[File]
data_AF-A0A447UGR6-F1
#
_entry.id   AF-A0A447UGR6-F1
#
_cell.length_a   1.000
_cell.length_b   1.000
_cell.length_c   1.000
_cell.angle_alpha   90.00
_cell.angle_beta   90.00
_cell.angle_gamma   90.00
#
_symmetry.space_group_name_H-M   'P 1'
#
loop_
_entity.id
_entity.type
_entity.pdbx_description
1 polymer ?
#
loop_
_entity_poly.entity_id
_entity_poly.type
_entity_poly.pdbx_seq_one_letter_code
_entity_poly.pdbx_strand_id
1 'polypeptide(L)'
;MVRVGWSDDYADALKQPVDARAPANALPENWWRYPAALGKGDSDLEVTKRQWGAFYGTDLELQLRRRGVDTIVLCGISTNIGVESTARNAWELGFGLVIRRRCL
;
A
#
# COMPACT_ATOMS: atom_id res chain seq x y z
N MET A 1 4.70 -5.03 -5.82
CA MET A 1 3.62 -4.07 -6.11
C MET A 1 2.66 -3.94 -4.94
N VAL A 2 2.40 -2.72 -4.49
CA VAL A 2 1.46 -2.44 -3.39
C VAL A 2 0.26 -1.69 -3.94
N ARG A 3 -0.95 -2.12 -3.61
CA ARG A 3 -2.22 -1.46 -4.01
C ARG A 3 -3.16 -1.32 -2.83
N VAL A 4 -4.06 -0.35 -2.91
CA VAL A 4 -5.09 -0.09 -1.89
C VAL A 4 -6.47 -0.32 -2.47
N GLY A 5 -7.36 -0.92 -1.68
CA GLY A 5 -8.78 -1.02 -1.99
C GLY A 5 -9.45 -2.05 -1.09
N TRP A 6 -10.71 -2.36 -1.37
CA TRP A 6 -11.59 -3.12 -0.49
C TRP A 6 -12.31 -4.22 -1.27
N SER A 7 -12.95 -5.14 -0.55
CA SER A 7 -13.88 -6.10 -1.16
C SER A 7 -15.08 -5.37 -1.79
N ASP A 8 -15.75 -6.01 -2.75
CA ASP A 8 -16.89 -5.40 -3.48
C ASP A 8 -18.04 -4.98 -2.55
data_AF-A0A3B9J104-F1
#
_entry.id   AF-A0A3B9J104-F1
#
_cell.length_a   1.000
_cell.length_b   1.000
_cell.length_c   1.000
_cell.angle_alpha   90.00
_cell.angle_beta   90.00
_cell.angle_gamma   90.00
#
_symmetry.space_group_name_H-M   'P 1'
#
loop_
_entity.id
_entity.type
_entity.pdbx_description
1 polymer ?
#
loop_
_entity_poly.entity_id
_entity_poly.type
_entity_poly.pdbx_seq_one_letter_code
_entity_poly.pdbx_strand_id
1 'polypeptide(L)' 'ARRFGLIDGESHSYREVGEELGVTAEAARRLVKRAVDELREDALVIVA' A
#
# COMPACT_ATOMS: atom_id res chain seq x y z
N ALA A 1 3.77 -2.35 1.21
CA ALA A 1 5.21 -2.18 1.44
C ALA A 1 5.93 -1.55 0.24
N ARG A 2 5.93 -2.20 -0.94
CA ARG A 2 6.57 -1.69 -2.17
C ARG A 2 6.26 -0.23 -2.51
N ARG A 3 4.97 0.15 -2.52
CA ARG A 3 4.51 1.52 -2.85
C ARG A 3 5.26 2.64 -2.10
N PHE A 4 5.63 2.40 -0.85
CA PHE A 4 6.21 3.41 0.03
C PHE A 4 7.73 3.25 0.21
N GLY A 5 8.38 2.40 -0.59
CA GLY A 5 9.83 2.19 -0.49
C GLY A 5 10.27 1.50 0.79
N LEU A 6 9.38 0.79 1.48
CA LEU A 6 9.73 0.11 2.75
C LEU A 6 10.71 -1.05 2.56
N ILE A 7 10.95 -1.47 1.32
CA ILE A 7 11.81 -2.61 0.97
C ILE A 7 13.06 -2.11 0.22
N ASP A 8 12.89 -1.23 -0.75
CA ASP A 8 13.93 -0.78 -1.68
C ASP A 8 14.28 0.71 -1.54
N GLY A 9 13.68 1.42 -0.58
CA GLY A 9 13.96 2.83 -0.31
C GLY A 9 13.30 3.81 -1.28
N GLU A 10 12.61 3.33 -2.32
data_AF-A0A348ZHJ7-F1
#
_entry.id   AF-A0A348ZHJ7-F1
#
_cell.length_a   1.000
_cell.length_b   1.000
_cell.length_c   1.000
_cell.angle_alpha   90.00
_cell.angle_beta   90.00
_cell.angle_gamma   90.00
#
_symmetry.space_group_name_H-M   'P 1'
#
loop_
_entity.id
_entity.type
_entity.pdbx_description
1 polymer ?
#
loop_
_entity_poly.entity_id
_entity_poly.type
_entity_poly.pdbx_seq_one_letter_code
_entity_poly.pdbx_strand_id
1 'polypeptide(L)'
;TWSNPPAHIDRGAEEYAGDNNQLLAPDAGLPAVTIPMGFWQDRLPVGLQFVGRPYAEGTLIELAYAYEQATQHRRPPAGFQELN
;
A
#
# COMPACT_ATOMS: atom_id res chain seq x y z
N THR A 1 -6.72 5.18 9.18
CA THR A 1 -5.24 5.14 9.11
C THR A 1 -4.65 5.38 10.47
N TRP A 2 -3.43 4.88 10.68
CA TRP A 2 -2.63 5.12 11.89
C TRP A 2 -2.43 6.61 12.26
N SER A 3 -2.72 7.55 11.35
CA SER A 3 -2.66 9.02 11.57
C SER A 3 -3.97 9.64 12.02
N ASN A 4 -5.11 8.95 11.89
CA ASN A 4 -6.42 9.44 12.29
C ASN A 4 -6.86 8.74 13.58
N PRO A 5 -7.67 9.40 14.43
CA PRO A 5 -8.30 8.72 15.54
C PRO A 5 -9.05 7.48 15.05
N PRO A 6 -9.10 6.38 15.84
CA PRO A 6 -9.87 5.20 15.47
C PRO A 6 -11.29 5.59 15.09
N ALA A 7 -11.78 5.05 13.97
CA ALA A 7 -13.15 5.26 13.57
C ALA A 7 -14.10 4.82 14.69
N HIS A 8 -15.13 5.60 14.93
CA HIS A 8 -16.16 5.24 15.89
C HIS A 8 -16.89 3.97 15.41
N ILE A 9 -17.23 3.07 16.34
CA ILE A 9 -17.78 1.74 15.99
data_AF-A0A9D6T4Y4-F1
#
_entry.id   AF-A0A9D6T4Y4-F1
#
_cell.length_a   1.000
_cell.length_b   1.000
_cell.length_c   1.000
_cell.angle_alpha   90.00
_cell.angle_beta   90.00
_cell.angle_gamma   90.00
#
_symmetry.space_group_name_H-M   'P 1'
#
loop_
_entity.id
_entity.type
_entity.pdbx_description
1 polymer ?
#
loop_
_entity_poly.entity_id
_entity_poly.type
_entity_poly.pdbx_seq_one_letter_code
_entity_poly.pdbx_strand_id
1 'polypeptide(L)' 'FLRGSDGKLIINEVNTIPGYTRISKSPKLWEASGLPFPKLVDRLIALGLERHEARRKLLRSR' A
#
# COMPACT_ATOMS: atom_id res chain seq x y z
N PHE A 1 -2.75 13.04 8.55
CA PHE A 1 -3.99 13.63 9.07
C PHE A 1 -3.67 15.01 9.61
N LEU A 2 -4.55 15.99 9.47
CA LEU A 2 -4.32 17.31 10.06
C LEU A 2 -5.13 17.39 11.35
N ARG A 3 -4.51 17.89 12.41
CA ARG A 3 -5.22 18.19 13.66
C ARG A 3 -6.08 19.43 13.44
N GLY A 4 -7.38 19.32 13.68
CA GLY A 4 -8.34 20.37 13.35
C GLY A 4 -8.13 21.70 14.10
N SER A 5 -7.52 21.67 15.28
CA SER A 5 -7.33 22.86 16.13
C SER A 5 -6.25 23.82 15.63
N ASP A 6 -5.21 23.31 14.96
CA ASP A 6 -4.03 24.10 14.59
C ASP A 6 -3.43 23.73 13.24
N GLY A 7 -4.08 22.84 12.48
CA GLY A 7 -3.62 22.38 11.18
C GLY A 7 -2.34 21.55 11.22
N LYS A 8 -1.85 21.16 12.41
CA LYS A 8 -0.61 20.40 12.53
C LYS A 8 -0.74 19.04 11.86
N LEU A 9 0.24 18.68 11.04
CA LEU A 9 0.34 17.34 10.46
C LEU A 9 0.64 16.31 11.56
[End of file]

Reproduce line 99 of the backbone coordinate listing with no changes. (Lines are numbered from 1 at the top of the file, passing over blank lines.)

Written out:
C LEU A 6 10.71 -1.05 2.56